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Chapter Meeting – February 14, 2023 – “Understanding Soil Ecology – The Benefits to Native Plants”

Peggy Sechrist will discuss the magical relationships between soil microbes and plants and the importance of increasing organic matter in your soil. PEGGY SECHRIST, a practitioner and certified educator in Holistic Management, lives in Texas Hill Country with her husband, Richard, where they were the first Texas ranchers to create a certified organic, grass-fed beef operation […]

Chapter Meeting – March 14, 2023 – Pollinators

NPSOT member and Texas Master Naturalist, Sharon Hixson, will present a talk on pollinators commonly seen in our area at 2 pm at Riverside Nature Center.  There will be a  member meeting at 1:30 pm.  Hope to see you there! Our originally scheduled program on Water Resources and Management by Andy Sansom has been rescheduled […]

Spring Native Plant Sale – April 15th, 9am-Noon at Riverside Nature Center

Don’t miss our annual Spring Native Plant Sale at Riverside Nature Center.  The proceeds from this sale benefit our NPSOT chapter, Hill Country Master Naturalists and Riverside Nature Center. The plant sale committee is busy rounding up plants for the sale.  Our wishlist is here BUT check the list closer to the sale as many plants will be removed if not […]

Spring Native Plant Sale – April 15th, 9am-Noon at Riverside Nature Center

Don’t miss our annual Spring Native Plant Sale at Riverside Nature Center.  The proceeds from this sale benefit our NPSOT chapter, Hill Country Master Naturalists and Riverside Nature Center. The plant sale committee is busy rounding up plants for the sale.  Our wishlist is here BUT check the list closer to the sale as many plants will be removed if not […]

Chapter Meeting – May 9, 2023 – “Water Resources and Management”

Dr. Andrew Sansom is one of Texas’ leading conservationists. He is a former Executive Director of the Texas Parks and Wildlife Department and Executive Director of the Texas Nature Conservancy.  For his commitment to the management and protection of natural resources, he is a recipient of the Chevron Conservation Award, The Chuck Yeager Award from […]

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About the Region

New Braunfels, the location of our Fall 2024 Symposium, straddles both the Edwards Plateau Ecoregion and the Blackland Prairie ecoregion. Interstate 35 divides the city of New Braunfels; its path through the city closely parallels the boundary of these two ecoregions, with the Edwards Plateau on the west side and the Blackland Prairies region to the east. The Edwards Plateau area is also called the Hill Country; however, this general term covers a much larger area extending farther north. Spring-fed creeks are found throughout the region; deep limestone canyons, rivers, and lakes (reservoirs) are common. Ashe juniper is perhaps the most common woody species found throughout the region. Additional woody species include various species of oak, with live oak (Quercus fusiformis) being the most common. Sycamores (Platanus occidentalis) and bald cypress (Taxodium distichum) border waterways. This area is well known for its spring wildflower displays, though they may be viewed in spring, late summer, and fall, as well. According to Texas Parks and Wildlife, average annual rainfall in the Edwards Plateau ranges from 15 to 34 inches.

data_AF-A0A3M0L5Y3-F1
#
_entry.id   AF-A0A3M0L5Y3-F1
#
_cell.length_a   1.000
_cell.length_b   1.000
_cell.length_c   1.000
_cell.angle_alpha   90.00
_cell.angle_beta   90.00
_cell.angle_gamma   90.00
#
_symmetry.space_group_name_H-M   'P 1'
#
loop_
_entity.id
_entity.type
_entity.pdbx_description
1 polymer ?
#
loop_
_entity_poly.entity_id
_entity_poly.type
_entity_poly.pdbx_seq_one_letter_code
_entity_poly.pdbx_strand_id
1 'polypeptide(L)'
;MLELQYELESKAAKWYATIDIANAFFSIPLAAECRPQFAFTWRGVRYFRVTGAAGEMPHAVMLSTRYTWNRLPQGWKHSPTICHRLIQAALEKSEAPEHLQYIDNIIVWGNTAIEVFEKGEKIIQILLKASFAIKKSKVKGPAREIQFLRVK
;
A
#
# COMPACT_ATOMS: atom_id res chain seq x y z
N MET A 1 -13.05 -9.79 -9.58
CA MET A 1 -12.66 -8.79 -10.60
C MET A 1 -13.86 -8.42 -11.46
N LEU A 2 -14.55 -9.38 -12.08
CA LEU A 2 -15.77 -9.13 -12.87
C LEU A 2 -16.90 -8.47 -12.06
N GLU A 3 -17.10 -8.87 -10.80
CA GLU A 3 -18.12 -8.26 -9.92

The Blackland Prairie extends from the Red River south to San Antonio, bordered on the west by the Edwards Plateau and the Cross Timbers, and on the east by the Post Oak Savannah. Annual rainfall averages 30 to 40 inches, with higher averages to the east. This region is dominated by prairie species. The most common grass species include little bluestem (Schizachyrium scoparium) and Indian grass (Sorghastrum nutans) in the uplands and switchgrass (Panicum virgatum) in the riparian areas and drainages. Common herbaceous flowering plants include salvias, penstemons, and silphiums. This area has suffered greatly from overgrazing and agricultural use. Few intact areas remain, though many of the plants can be found along county roadsides throughout the region.

Our four host chapters (New Braunfels, Lindheimer, Guadalupe, and the Hill Country chapters) are located in one or both of the ecoregions above. However, the eastern portion of Guadalupe County also falls within the Post Oak Savanna ecoregion. Annual rainfall averages 35 to 45 inches, with higher averages to the east. A wide variety of hardwood trees are found, including several species of oaks, elms, and in the Bastrop area, loblolly pine (Pinus taeda). Grasses and forbs dominate in the open savannas, with most common grass being little bluestem. Ranching, agriculture, and fire suppression have allowed woody species to encroach on the once-open savannas.

Source: Wildflowers of Texas by Michael Eason